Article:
Healthy Vision: Make It Last a Lifetime
May is Healthy Vision Month: You can have a comprehensive dilated eye exam to check for common eye problems. If you haven't had an exam in a while, schedule one now.
Taking care of your eyes can be a priority just like eating healthy and physical activity. Healthy vision can help keep you safe each day. To keep your eyes healthy, get a comprehensive dilated eye exam: an eye care professional will use drops to widen the pupils to check for common vision problems and eye diseases. It's the best way to find out if you need glasses or contacts, or are in the early stages of any eye-related diseases.
Vision Health for All Ages
You can have a dilated eye exam regularly to check for common eye problems. If you haven't had an exam for some time, schedule one this month.
CDC's Vision Health Initiative partners with the National Eye Institute to encourage all Americans to make vision a health priority this Healthy Vision Month.
- Although older adults tend to have more vision problems, preschoolers may not see as well as they can.
- Just 1 out of every 7 preschoolers receives an eye exam, and fewer than 1 out of every 4 receives some type of vision screening.
- The U.S. Preventive Services Task Force recommends vision screening for all children aged 3 to 5 years to find conditions such as amblyopia, or lazy eye, which can be treated effectively if caught early.
Some eye conditions can cause vision loss and even blindness. These include
- Cataracts, a clouding of the eye.
- Diabetic retinopathy, which causes damage to the blood vessels in the back of the eye.
- Glaucoma, damage to the optic nerve, often with increased eye pressure.
- Age-related macular degeneration, which gradually affects central vision.
Other eye conditions, such as refractive errors, which happen when the shape of your eye doesn't bend light correctly, are common problems easily corrected with glasses, contact lenses, or laser surgery. An estimated 11 million Americans aged 12 years and older could see better if they used corrective lenses, or eye surgery, if appropriate.
Nine ways you can help protect your vision
- Get regular comprehensive dilated eye exams.
- Know your family's eye health history. It's important to know if anyone has been diagnosed with an eye disease or condition, since some are hereditary.
- Eat right to protect your sight: In particular, eat plenty of dark leafy greens such as spinach, kale, or collard greens, and fish that is high in omega-3 fatty acids such as salmon, albacore tuna, trout, and halibut.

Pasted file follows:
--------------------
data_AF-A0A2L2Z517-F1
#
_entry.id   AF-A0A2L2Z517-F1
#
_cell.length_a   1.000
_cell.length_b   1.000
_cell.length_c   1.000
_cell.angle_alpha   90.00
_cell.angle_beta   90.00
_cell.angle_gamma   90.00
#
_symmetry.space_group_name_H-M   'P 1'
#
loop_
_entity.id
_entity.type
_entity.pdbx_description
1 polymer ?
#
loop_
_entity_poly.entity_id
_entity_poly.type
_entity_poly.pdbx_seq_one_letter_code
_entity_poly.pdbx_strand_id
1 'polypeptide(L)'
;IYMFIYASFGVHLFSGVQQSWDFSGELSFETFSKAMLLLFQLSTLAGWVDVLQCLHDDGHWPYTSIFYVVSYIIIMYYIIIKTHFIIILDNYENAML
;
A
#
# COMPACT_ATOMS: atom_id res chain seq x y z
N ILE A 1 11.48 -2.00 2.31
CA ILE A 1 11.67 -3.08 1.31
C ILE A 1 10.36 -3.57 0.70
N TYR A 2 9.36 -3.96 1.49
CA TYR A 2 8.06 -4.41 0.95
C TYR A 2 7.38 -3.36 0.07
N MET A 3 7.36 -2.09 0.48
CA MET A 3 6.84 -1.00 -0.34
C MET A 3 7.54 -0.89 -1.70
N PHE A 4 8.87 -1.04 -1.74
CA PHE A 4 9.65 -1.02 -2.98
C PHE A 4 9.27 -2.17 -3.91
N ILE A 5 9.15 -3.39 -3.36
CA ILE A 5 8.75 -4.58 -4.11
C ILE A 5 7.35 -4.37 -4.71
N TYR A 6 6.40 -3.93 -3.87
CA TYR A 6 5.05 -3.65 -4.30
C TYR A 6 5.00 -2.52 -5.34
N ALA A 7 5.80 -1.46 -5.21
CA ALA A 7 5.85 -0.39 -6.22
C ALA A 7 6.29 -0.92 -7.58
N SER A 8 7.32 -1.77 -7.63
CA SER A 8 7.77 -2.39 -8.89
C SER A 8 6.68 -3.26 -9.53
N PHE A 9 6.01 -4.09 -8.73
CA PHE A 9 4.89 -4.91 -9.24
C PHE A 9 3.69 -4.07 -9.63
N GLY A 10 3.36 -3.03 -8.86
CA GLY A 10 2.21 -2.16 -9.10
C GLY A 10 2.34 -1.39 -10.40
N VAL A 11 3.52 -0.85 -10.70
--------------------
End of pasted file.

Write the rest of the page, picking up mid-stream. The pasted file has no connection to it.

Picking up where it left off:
- Maintain a healthy weight.
- Wear protective eyewear when playing sports or doing activities around the home, such as painting, yard work, and home repairs.
- Quit smoking or never start.
- Wear sunglasses that block 99 percent-100 percent of ultraviolet A (UVA) and ultraviolet B (UVB) radiation.
- Wash your hands before taking out your contacts and cleanse your contact lenses properly to avoid infection.
- Practice workplace eye safety.
Eyes and Overall Health
Taking care of your eyes also may benefit your overall health. People with vision problems are more likely than those with good vision to have diabetes, poor hearing, heart problems, high blood pressure, lower back pain and strokes, as well as have increased risk for falls, injury and depression. Among people aged 65 and older, 54.2 percent of those who are blind and 41.7 percent of those with impaired vision say their overall health is fair or poor. Just 21.5 percent of older Americans without vision problems reported fair to poor health.
In addition to your comprehensive dilated eye exams, visit an eye care professional if you have
- Decreased vision.
- Eye pain.
- Drainage or redness of the eye.
- Double vision.
- Floaters (tiny specks that appear to float before your eyes).
- Circles (halos) around light sources; or
- If you see flashes of light.
For this Healthy Vision Month, take care of your eyes to make them last a lifetime.
- Page last reviewed: May 12, 2014
- Page last updated: May 12, 2014
- Content source:
- National Center for Chronic Disease Prevention and Health Promotion, Division of Diabetes Translation
- Page maintained by: Office of the Associate Director for Communication, Digital Media Branch, Division of Public Affairs